Wed Jan 7 13:38:58 CET 2004
"Robert Virding" <> writes:
> This discussion just goes on :-)
> I still have not seen any good reasons to change my viewpoint, in fact I have got a few to become even more restrictive:
> 1. a+42, 1=2, etc are all legal expressions even if they generate errors when evaluated. As errors have meaning in Erlang then you can't just forbid them.
> 2. Many of the warnings generated by the compiler have been chosen in an extremely ad hoc fashion, they were deemed useful by someone and easy to implement. There is really no clear policy for what is checked and what is not. I mean why check the arguments to io:format and not a host of other common library functions. Especially considering that io:format is easy to guard against. Richard O'Keefe wrote some good stuff about the problems of getting the right level of checking.
The warnings for io:format were implemented because many users often DID
make mistakes. Furthermore, io:formats in error handling might not have been
properly tested, so the first time the error handling code was actually executed
Also, it was not particularily easy to add the io:format code. We have had
quite a bit work keeping the checks correct.
So that is bad example of something we added because it was easy.
> 3. With this in mind then Bjorn's new checks are probably a bad idea, the warnings become even more ad hoc and difficult to understand. I wonder if maybe some of the existing warnings should be removed. I still say that many of the warnings give very little and some are a right pain.***
In old versions of OTP, there were warnings for imports that you didn't use
and for exporting variables out of case statements. We have turned off those
warnings by default.
> 4. You cannot have the option of forbidding legal code, no matter how stupid it may seem. The compiler must handle all legal code. Trying to guess and saying that 90% of the time the user wrote this then they made an error is not good enough. This is similat to the syntax change suggestion concerning =<< made earlier.
I agree. We don't forbid legal code, we just warn about it.
> 5. I wonder if it is good for the compiler to try and use warnings to enforce a certain programming style?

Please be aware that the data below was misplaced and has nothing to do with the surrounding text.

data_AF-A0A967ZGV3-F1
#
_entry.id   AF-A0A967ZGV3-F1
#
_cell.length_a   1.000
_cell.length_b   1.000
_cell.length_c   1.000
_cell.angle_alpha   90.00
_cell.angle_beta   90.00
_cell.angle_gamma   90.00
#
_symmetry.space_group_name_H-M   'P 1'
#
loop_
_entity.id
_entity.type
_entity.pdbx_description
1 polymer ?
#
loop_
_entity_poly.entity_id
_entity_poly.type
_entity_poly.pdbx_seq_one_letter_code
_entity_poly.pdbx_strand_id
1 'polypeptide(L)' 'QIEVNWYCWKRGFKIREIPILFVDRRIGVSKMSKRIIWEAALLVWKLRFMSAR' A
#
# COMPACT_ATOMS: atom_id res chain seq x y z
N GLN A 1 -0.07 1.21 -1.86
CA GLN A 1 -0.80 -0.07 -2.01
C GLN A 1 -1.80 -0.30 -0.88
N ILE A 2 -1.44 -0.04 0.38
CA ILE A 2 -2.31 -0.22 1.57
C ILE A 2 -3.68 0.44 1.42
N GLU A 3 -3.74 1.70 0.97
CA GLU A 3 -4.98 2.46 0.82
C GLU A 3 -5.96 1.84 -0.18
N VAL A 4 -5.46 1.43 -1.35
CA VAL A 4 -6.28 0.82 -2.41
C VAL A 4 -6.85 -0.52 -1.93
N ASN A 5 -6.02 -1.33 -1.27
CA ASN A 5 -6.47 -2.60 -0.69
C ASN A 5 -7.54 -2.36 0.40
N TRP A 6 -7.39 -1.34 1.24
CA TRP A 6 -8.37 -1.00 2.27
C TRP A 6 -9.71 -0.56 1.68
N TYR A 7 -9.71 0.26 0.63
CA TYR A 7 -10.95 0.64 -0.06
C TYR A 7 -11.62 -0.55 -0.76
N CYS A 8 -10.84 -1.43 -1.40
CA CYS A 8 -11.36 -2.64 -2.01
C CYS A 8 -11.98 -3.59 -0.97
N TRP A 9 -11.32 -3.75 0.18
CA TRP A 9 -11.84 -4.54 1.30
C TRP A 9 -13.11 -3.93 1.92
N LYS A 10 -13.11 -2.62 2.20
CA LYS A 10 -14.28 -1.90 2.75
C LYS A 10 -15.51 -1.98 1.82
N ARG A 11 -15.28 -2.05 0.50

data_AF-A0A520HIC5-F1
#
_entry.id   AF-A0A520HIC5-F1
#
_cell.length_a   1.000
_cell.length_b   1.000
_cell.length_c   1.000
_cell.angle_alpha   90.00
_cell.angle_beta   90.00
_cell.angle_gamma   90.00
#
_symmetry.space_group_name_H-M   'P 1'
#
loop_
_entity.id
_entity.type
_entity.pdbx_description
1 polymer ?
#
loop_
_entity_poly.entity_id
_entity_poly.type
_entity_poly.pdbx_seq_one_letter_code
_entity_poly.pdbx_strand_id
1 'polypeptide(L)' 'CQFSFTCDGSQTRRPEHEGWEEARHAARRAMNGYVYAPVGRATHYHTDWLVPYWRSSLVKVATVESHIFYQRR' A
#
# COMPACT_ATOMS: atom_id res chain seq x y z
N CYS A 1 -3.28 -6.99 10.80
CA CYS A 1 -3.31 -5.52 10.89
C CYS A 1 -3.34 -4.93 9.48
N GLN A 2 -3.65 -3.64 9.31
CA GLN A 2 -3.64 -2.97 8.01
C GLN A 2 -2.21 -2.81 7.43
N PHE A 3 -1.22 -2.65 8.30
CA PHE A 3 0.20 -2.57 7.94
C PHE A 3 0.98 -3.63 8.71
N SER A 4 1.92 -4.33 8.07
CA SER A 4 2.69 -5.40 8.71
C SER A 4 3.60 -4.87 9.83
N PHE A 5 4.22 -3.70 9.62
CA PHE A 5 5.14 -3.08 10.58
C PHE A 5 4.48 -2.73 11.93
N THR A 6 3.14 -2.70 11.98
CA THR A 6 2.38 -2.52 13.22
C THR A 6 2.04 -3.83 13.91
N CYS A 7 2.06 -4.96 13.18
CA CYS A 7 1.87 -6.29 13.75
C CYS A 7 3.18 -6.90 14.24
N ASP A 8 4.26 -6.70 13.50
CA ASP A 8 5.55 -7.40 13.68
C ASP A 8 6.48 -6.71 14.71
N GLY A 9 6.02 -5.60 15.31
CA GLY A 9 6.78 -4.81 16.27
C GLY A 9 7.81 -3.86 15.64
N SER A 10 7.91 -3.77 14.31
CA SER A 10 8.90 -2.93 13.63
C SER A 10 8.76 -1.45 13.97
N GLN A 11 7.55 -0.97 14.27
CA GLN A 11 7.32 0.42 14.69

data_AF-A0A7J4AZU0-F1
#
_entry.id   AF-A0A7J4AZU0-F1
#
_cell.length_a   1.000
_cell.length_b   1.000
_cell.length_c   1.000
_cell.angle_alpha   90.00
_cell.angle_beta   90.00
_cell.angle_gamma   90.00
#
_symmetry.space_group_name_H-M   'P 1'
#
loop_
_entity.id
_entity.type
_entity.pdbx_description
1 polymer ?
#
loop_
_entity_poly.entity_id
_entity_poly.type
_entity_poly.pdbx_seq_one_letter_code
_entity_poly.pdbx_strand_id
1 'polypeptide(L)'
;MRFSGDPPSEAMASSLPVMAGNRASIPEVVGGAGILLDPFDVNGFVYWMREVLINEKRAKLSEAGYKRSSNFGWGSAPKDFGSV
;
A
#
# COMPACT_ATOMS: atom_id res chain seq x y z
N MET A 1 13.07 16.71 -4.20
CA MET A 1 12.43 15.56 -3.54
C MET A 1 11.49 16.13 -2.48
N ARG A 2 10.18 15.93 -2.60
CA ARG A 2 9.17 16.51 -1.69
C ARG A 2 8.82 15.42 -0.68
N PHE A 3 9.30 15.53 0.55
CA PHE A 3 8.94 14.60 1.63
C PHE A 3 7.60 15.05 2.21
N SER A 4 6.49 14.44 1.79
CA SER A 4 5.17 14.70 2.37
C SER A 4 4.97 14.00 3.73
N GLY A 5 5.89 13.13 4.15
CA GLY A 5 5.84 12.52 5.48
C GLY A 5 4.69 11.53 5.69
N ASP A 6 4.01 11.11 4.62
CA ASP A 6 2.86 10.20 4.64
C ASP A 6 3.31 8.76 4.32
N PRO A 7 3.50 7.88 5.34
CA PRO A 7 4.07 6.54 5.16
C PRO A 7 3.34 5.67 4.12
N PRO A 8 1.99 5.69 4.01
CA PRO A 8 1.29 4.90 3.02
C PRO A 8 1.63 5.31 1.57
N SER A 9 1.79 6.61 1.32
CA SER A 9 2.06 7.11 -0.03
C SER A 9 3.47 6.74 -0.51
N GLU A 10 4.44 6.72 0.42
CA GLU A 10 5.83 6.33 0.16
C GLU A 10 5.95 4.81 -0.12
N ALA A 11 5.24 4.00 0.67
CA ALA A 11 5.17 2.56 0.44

> *** Two warnings that really anoy me are unused vars and unused functions.
> I seldom use '_', the anonymous variable, but prefer to give all variables names so I know what they are, even if I don't use them later. I DON'T LIKE the _Varname convention so why should the compiler try and enforce.
Even if YOU don't like the _Varname convention, other people love it.
Since we started to use the warn_unused_vars option, we have found many
minor bugs in the OTP code. I have also found several bugs in Wings.
That was in WORKING code; in the OTP code we also have extensive test suites.
When I write new code, the warnings immediately inform me about a bug that
otherwise could have taken me some time to find by testing.
> Of course the alternative would be to ALWAYS use it. That would teach the compiler to mind its own business. :-)
You can also use the nowarn_unused_vars option.
> When I define a data structure and its access functions I always define full range of access functions, even those which are not used. I think the structure and how it is intended to be used becomes clearer then. Having the compiler burn me with warnings is irritating to say the least. Yes I can wrap the unused ones in comments but then I don't get any checking.
There should really be a way to turn off the warnings for unused functions.
We might add a mechanism in R10 for doing that.
> This has been done to me in the compiler code.
As we don't want to see the warning in our daily builds, we had to comment
out the functions.
> Anyway what is wrong with defining unused functions? They don't hurt anyone and the compiler removes them from the code anyway.
When maintaining other people's code (I am NOT talking about the compiler
here), you often find stray functions that are left from a previous version
of the module, but is no longer used.
To summarize: IMO, every warning that helps you to find more bugs are
Björn Gustavsson, Erlang/OTP, Ericsson AB
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